PWYP Indonesia shared its experience regarding the application of social accountability to the extractive industries in the global social accountability forum (GPSA) in Washington DC, last May. On that occasion, PWYP Indonesia National Coordinator Maryati Abdullah recounted Indonesia’s experience, in particular, the role of civil society and policymakers in encouraging EITI and extractive industry governance reforms.

In addition, Maryati also highlighted the importance of the role of the community and regional stakeholders in monitoring the social accountability of revenue from natural resources to be transformed into social welfare. According to her, effective social accountability in the extractive sector requires people to have the information, understanding, and opportunities needed to be involved in every stage of the extractive industry chain.

Governments and companies need to provide data and opportunities so that the public can be involved. “PWYP Indonesia created a public surveillance platform called” Open Mining “, an application on mobile phones to access data and company performance in the extractive industry,” she said.

Other speakers present at the discussion session were Open Contracting Partnership Gavin Hayman, Professor from Pontifical University of Lima (PUPC) Ana Bonzena Sabagol, PWYP Mauritania Baaliou Coulibaly, Department of Interior, US Government Paul Mussenden, and Chevron Johanna NessethTutte.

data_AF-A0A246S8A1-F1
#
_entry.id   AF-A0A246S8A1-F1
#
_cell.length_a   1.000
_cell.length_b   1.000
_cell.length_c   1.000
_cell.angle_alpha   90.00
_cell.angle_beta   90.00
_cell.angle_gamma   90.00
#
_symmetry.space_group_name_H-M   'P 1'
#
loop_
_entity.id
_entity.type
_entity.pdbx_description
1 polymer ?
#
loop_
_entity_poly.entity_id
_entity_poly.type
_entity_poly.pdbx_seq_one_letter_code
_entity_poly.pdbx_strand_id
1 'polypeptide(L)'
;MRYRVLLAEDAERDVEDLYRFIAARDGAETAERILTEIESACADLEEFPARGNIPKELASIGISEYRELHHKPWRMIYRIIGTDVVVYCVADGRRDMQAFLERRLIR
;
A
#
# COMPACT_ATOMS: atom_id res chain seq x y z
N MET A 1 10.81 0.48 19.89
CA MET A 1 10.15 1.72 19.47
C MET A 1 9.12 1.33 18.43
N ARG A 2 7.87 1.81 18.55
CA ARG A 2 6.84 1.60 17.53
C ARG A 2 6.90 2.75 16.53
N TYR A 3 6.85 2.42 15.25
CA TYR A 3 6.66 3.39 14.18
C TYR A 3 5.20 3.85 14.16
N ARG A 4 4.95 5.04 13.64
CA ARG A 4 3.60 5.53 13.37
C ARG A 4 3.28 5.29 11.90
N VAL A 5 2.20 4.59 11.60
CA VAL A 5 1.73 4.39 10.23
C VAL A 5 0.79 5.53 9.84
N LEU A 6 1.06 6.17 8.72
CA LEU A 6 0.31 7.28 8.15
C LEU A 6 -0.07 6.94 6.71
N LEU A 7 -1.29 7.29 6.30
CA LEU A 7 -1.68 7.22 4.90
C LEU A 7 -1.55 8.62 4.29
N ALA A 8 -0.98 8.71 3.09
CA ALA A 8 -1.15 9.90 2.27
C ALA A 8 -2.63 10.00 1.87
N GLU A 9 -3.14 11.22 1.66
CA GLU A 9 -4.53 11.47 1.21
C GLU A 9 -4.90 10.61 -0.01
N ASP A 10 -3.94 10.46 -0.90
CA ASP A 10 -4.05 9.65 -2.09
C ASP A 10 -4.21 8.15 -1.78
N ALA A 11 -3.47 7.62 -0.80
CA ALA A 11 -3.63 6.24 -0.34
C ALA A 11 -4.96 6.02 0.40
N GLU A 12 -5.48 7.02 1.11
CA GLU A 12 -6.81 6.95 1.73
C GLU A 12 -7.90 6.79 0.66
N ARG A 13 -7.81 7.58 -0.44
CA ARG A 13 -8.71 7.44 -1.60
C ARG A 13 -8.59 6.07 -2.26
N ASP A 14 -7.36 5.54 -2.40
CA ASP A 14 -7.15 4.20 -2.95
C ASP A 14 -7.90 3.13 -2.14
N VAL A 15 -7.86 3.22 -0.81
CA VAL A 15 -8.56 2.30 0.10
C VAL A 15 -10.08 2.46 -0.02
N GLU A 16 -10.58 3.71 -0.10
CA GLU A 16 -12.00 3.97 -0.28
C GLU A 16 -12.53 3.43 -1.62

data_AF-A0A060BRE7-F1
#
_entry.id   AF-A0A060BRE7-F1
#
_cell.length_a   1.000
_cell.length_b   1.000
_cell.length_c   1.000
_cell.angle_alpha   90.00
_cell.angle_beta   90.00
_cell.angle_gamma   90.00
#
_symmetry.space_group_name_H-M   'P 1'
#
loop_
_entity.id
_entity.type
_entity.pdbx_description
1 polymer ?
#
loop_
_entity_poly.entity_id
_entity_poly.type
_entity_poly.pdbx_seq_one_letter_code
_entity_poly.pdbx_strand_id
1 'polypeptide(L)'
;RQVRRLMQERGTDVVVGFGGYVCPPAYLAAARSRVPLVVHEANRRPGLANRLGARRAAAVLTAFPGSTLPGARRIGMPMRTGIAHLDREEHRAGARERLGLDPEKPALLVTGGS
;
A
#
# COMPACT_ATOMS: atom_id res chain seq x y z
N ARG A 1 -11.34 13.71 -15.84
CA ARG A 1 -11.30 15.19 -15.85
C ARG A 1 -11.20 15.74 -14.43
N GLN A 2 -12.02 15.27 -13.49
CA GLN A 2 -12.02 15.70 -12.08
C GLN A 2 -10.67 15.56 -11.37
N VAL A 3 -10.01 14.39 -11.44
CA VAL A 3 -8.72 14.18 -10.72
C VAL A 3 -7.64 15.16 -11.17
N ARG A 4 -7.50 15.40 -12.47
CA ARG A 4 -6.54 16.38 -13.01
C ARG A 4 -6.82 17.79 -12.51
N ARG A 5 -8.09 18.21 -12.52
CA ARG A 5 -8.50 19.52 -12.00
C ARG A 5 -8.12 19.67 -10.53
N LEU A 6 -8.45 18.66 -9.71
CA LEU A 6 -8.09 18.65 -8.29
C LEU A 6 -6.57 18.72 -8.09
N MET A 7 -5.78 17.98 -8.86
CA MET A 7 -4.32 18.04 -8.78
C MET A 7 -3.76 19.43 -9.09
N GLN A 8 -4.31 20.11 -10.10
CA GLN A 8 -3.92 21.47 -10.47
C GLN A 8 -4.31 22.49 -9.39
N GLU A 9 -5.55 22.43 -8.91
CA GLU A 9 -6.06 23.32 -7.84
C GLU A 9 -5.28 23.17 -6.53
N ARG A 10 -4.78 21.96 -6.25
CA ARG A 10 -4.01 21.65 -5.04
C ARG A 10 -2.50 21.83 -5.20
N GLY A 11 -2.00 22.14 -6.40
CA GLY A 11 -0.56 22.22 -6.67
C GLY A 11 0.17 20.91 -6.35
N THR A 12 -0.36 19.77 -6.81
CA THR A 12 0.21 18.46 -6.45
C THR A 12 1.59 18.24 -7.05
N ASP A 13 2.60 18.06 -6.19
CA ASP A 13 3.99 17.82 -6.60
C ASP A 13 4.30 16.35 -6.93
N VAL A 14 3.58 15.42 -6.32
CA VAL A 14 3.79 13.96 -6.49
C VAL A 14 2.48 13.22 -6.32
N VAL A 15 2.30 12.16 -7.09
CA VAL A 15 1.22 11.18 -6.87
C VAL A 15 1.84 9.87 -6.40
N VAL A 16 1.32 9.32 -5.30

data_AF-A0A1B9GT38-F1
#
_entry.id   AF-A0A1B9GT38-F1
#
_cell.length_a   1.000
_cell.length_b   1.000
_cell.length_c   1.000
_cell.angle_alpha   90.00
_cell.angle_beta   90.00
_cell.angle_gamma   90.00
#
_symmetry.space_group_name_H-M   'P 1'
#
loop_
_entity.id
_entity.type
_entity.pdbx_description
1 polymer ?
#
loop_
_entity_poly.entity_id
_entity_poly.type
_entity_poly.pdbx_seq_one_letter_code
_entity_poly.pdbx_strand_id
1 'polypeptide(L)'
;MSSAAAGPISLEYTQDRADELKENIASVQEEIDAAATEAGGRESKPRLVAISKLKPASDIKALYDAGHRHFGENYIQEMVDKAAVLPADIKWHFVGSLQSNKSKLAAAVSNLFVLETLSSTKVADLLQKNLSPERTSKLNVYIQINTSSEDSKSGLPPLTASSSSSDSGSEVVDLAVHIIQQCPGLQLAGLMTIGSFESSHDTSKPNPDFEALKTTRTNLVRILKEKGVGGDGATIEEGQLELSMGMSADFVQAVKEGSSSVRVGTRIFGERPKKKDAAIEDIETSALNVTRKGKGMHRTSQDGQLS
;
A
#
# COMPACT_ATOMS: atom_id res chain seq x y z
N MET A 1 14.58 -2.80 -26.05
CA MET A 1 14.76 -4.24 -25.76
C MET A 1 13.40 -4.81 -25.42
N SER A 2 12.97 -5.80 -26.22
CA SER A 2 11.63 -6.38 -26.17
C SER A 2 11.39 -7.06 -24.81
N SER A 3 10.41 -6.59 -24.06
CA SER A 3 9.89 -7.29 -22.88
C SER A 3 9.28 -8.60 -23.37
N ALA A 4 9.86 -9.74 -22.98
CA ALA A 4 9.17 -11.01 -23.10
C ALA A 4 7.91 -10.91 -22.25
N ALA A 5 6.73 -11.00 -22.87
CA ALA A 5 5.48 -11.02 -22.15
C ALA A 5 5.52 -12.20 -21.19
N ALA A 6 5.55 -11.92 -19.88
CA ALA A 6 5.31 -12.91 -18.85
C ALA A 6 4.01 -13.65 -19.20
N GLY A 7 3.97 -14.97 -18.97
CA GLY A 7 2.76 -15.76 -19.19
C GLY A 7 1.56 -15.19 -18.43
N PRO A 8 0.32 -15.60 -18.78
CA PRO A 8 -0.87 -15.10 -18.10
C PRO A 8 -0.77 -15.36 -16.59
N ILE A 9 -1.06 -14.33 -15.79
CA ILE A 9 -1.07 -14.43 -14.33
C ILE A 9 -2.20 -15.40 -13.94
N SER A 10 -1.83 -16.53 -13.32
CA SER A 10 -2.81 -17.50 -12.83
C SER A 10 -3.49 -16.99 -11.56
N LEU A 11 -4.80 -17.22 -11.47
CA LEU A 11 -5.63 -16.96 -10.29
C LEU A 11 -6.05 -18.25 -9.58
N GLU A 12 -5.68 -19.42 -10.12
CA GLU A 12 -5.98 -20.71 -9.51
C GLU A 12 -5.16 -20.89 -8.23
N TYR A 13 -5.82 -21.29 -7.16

The 2016 GPSA agenda is intended to bring together practitioners, CSOs, governments, accountability institutions, academics, the private sector, and donors to share their ideas and experiences in implementing social accountability. This forum is designed to be a space for a global network of partners to discuss current trends and challenges, and learn from one another.

Participants can also share experiences about impacts and reflect ways of driving the social accountability agenda. This year, the GPSA forum focuses on 1) Institutions that are inclusive, transparent, and accountable; 2) Collaboration of state and society in social accountability, 3) Learning from adaptive management.

“Social accountability is a bridge for society and the country. A relationship between the supply side of the government and the demand side of the community, and requires special attention to continue its function and strength, “said Professor John Gaventa (Institute for Development Studies, University of Sussex) at the GPSA Global Partners Forum 2016. There is an illustration of a bridge image that tries to summarize and capture the spirit of the entire discussion forum.